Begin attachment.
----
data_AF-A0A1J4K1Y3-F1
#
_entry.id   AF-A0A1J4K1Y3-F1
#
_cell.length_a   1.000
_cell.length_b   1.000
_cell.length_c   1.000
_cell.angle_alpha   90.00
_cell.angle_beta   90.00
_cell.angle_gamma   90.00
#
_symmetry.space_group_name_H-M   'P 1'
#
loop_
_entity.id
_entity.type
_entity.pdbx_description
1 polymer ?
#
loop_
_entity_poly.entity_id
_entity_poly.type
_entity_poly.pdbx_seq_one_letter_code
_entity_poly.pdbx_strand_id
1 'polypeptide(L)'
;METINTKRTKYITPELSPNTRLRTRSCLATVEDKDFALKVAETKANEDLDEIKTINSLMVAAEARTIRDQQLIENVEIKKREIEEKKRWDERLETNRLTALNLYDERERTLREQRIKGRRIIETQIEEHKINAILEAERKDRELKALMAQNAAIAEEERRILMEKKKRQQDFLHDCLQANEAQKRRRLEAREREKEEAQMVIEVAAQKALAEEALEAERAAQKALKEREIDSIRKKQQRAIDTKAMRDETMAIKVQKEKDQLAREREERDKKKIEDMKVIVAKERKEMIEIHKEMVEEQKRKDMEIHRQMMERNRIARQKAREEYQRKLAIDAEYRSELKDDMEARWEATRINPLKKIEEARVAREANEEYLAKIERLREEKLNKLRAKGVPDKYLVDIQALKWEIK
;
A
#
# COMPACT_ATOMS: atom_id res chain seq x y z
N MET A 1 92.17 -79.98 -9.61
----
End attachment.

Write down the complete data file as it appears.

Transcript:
data_AF-A0A1J4K1Y3-F1
#
_entry.id   AF-A0A1J4K1Y3-F1
#
_cell.length_a   1.000
_cell.length_b   1.000
_cell.length_c   1.000
_cell.angle_alpha   90.00
_cell.angle_beta   90.00
_cell.angle_gamma   90.00
#
_symmetry.space_group_name_H-M   'P 1'
#
loop_
_entity.id
_entity.type
_entity.pdbx_description
1 polymer ?
#
loop_
_entity_poly.entity_id
_entity_poly.type
_entity_poly.pdbx_seq_one_letter_code
_entity_poly.pdbx_strand_id
1 'polypeptide(L)'
;METINTKRTKYITPELSPNTRLRTRSCLATVEDKDFALKVAETKANEDLDEIKTINSLMVAAEARTIRDQQLIENVEIKKREIEEKKRWDERLETNRLTALNLYDERERTLREQRIKGRRIIETQIEEHKINAILEAERKDRELKALMAQNAAIAEEERRILMEKKKRQQDFLHDCLQANEAQKRRRLEAREREKEEAQMVIEVAAQKALAEEALEAERAAQKALKEREIDSIRKKQQRAIDTKAMRDETMAIKVQKEKDQLAREREERDKKKIEDMKVIVAKERKEMIEIHKEMVEEQKRKDMEIHRQMMERNRIARQKAREEYQRKLAIDAEYRSELKDDMEARWEATRINPLKKIEEARVAREANEEYLAKIERLREEKLNKLRAKGVPDKYLVDIQALKWEIK
;
A
#
# COMPACT_ATOMS: atom_id res chain seq x y z
N MET A 1 92.17 -79.98 -9.61